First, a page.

I’m doing Meredith Lewis December Advent Creative Calendar challenge. Today’s creative prompt is:
“Well, I would put a question to you. What’s the difference between you and your great-great-great-grandfather? What makes you different?
I think the answer is this: what you take for granted.”
So what do you take for granted that your forbears didn’t, and vice versa?
When I saw this challenge in my inbox this morning, my mind immediately jumped to an old black and white photo that my aunt had showed me when I was last in Greece in 2005.
She took the photo off her mantlepiece which showed a fierce man with a big moustache and armed with a rifle and knife in his belt.
“That’s your great-great-grandfather Helen,” she said.
She explained how he lived at a time in Crete that was occupied by the Turks.
If anyone knows the history of Crete, you’ll know how independent they were and how they fought continually against their invaders of this Mediterranean island whose soil holds the blood of all that fought for its independence from invading armies of Arabs, Venetians, Turks and Nazis.
To be Greek, and to have grown up with stories of independence is simply in your being. Despite Greece achieving its independence in 1821, it was still many years later that parts of its islands struggled to be liberated such as Crete.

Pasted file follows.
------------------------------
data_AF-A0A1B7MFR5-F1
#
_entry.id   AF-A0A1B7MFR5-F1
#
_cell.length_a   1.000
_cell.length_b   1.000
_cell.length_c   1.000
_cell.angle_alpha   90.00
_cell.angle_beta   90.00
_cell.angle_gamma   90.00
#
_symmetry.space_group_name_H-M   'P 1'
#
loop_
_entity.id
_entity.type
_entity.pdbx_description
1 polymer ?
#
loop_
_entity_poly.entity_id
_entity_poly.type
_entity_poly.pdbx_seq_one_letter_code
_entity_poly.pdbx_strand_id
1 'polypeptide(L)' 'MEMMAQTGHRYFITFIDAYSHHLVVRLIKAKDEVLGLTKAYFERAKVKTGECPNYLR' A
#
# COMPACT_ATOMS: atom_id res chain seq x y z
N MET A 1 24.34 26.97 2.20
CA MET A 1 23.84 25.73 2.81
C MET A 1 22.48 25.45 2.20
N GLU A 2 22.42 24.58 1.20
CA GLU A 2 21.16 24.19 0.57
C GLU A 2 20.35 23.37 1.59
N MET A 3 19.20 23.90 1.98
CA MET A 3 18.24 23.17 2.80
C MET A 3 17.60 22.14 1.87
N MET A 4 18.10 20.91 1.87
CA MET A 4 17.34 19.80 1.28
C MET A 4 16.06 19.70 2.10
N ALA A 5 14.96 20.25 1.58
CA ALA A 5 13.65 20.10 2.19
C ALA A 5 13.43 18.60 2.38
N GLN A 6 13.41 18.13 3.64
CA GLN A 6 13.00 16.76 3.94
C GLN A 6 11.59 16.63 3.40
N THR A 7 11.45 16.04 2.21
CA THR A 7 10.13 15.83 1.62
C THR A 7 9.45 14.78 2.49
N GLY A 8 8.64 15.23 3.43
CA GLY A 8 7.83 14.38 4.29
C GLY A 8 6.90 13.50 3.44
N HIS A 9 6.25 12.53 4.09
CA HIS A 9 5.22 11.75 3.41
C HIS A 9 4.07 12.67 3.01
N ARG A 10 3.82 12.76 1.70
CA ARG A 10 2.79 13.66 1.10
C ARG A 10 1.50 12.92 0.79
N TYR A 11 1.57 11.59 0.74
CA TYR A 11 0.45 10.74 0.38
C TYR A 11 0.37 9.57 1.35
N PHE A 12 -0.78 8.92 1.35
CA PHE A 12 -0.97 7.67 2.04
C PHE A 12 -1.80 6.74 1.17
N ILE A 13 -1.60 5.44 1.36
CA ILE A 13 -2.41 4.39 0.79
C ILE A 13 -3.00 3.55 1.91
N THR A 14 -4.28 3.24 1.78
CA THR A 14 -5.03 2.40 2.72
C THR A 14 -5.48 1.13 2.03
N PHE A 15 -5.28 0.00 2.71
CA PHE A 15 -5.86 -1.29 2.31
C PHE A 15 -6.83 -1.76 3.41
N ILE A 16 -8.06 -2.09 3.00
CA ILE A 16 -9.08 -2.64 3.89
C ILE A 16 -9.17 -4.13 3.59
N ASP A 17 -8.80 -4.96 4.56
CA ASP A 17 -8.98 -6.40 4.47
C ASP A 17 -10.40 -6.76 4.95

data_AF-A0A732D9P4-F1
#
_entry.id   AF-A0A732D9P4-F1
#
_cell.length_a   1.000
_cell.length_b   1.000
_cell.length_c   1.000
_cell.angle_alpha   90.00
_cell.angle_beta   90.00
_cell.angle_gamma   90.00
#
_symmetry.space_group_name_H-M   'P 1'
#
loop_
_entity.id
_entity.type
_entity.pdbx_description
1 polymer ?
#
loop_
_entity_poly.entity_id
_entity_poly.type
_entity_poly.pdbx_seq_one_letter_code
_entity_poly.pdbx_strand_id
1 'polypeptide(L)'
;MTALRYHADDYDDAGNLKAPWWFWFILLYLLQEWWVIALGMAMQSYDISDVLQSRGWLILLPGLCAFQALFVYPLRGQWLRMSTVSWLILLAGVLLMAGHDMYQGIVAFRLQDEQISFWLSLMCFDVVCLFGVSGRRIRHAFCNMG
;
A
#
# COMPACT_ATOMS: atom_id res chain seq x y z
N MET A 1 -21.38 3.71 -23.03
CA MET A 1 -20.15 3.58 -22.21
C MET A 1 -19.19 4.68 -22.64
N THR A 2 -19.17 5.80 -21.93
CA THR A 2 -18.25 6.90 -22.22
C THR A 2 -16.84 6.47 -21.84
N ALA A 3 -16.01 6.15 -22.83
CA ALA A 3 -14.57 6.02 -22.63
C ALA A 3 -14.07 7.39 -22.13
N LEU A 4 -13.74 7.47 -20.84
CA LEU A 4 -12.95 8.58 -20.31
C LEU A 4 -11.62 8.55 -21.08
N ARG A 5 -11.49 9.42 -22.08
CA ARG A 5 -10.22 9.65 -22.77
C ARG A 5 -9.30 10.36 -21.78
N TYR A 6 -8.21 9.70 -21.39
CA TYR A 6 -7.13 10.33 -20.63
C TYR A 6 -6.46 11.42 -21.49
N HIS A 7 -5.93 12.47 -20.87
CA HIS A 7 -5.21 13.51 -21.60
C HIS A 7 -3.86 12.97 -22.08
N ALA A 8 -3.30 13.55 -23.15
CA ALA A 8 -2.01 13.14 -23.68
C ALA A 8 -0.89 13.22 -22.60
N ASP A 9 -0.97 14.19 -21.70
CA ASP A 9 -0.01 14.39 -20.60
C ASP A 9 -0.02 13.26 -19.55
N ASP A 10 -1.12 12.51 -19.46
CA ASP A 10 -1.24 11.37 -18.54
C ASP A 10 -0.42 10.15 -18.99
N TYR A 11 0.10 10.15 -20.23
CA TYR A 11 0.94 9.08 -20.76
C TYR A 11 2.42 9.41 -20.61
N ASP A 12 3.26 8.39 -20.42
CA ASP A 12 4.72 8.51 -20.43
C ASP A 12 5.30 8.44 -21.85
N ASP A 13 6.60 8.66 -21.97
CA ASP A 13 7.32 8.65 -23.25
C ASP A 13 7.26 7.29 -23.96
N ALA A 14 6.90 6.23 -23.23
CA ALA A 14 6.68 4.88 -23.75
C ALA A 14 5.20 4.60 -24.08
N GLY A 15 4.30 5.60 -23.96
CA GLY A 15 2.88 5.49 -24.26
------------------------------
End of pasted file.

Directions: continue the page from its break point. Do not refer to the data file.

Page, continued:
Crete wasn’t liberated from the Ottomans until 1898 and let me add that the Cretans fought in every way to get rid of their oppressors. Many of the battles were violent and bloody – entire villages wiped out. Some of the stories were sickening to hear or read about.
So with this challenge, I thought of my ancestors who were living in extreme poverty, second class citizens in their own land, having to watch the invaders take their homes, their lands, their children (to have them learn the Turkish language and be raised as Muslims) and be banned from practicing their christian orthodox religion.
My ancestors lived in violent times, ones where there was constant insurgency and revolutions from the Cretan occupation against the Ottomans. It’s no wonder that the tension between Greeks and Turks is still felt to this day – after over 400 years of being occupied by a foreign power is still considered recent history for us.
As I looked at the photo of my ancestor, I was proud.
I had hoped he was one of the insurgents who fought for the independence of Crete and took part in the clashes against the foreign armies.
In an instant, I connected to the man in the photo.
To be independent is to be free from oppression.
I don’t take my independence for granted. I see it in the photos and stories of my ancestors, I grew up listening to my parents talk about it. I hear the songs being sung about it; I see the artworks like this on the left in our homes.
Unless your country has been invaded by a foreign power, we will never truly understand what it means to be independent.
I’d fight for independence in a heart beat too.